4. This is not just a job. Even in the mundane, gotta be done things, I am so blessed by the tasks at hand. Each week while I make the worship slides, I get a sneak peek into Sunday’s service and whether the finance office likes listening to it or not, I will be singing the songs over and over. There has never been a seemingly banal activity like making song lyrics satisfy a good number of qualifications, (accuracy, phrasing, font size, spacing, contrast, punctuation etc) which in its forcing me to focus ushers me straight into the heart of worship and prepares me for Sunday’s message. This position is of tremendous value to me in this way.
And, all the times in all my jobs before when I’d wish I could look at someone and just say “Can we please stop and pray about this right now?” Oh, I can’t tell you how precious it is to me that I work in a place where that won’t get me ostracized or reprimanded.
One more example of this is that I finally work in a place where it is ok to ask for help. Every other job I have worked there is a learning period, but when that time is up, you better know your stuff and if you have a question, you better find the answer yourself and not admit to anyone that you didn’t know. I can not tell you what a relief it is to be able to admit that I need help to a coworker and to have them be ready and willing to lend a hand or point me to the answer, and to do so without shaming me for asking. It is as if they just understand what everyone else wishes their jobs understood, that helping one another makes everything run more smoothly. When I said that Jen had my dream job, I can’t tell you how right I was.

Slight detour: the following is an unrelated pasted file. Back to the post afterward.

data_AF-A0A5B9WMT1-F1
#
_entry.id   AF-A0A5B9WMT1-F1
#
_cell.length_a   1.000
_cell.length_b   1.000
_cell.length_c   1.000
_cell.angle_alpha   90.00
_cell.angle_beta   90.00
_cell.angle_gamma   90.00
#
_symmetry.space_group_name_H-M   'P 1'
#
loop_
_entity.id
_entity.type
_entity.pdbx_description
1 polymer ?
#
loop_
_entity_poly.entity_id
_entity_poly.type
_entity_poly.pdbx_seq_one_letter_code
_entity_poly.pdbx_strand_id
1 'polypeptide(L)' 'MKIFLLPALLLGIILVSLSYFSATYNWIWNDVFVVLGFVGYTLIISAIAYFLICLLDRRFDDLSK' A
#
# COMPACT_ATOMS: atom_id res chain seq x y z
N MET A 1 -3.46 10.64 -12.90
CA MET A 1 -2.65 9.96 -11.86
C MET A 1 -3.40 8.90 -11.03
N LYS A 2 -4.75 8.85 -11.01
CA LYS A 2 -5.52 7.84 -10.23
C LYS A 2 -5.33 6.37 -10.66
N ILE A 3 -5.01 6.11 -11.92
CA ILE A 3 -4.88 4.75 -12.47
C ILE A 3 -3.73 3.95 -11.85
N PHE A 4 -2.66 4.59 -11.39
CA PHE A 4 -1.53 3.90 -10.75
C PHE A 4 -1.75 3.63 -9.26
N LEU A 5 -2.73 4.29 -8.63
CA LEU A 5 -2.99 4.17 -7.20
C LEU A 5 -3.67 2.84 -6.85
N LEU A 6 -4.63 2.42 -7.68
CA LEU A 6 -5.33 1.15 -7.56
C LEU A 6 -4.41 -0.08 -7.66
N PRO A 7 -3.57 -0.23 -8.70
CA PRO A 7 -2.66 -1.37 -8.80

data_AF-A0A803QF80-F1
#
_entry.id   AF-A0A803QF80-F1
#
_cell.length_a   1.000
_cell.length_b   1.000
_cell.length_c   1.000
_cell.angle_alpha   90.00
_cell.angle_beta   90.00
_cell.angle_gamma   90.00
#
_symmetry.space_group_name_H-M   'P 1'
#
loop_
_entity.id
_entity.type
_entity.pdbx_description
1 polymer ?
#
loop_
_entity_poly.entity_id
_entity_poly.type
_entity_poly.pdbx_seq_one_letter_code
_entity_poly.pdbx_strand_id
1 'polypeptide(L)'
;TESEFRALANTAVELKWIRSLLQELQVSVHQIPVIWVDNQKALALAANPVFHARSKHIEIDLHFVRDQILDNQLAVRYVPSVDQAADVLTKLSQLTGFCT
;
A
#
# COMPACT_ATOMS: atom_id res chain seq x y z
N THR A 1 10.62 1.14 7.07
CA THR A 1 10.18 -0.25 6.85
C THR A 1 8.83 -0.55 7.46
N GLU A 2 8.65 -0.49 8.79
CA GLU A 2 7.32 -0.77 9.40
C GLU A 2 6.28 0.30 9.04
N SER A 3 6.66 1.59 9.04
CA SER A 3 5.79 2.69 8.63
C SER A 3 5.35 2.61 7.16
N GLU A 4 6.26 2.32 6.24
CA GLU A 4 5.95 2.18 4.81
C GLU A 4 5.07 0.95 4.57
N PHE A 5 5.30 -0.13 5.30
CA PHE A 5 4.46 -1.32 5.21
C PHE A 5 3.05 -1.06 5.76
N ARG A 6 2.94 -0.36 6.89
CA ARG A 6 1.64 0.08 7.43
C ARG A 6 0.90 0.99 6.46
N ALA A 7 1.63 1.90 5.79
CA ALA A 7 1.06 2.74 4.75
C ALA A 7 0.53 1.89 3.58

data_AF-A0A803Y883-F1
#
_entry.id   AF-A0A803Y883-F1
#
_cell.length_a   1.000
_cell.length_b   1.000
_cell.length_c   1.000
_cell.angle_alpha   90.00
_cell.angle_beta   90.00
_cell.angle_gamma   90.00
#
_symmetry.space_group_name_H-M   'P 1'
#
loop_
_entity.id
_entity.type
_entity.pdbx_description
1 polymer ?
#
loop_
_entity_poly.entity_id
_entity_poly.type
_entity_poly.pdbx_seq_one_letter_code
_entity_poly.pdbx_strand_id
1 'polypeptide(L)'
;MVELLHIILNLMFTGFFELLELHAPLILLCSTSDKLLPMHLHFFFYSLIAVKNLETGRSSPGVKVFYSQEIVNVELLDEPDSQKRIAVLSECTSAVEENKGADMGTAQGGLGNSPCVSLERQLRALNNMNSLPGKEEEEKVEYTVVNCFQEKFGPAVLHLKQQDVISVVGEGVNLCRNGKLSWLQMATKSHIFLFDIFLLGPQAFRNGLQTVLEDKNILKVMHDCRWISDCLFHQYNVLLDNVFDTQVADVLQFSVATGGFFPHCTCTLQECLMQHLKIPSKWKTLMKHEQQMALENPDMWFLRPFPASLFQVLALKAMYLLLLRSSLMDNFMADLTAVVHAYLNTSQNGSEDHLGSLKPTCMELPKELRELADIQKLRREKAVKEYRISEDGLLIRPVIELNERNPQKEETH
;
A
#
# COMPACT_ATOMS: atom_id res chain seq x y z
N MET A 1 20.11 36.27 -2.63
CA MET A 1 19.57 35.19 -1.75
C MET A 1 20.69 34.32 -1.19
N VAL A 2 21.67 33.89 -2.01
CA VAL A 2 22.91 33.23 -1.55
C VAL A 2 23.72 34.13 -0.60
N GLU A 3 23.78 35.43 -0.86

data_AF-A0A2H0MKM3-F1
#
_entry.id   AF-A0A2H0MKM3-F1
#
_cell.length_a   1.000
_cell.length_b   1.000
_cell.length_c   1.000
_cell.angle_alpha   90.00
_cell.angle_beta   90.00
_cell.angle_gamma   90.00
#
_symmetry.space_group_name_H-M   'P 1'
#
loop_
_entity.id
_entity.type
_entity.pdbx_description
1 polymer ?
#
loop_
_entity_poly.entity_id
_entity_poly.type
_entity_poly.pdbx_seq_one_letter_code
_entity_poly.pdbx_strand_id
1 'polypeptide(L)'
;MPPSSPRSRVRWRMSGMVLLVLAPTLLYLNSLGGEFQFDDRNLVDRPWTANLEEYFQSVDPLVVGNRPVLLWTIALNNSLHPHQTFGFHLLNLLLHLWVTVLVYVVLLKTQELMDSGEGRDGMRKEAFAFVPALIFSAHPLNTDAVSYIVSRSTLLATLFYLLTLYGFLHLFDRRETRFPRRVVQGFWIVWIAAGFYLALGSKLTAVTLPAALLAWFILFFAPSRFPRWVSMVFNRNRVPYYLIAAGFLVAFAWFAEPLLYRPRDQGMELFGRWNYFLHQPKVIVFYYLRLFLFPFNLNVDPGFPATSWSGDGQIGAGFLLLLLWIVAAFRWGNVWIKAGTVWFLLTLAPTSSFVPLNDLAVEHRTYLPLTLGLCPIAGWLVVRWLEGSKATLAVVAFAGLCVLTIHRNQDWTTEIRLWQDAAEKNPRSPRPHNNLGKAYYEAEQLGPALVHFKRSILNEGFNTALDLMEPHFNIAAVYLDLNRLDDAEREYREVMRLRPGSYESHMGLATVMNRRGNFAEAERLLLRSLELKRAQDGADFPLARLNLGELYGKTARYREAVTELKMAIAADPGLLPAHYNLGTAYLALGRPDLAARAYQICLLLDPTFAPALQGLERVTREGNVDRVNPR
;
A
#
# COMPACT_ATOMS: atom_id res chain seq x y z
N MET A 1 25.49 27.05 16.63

5. I have never been so busy in my whole life. People have observed that somehow even though they see me eating an absurd amount of candy, I have managed to stay a reasonable size. The reason is simple. We have these huge sets of staircases which I am booking it up and down 20 plus times a day. I have something to do all the time.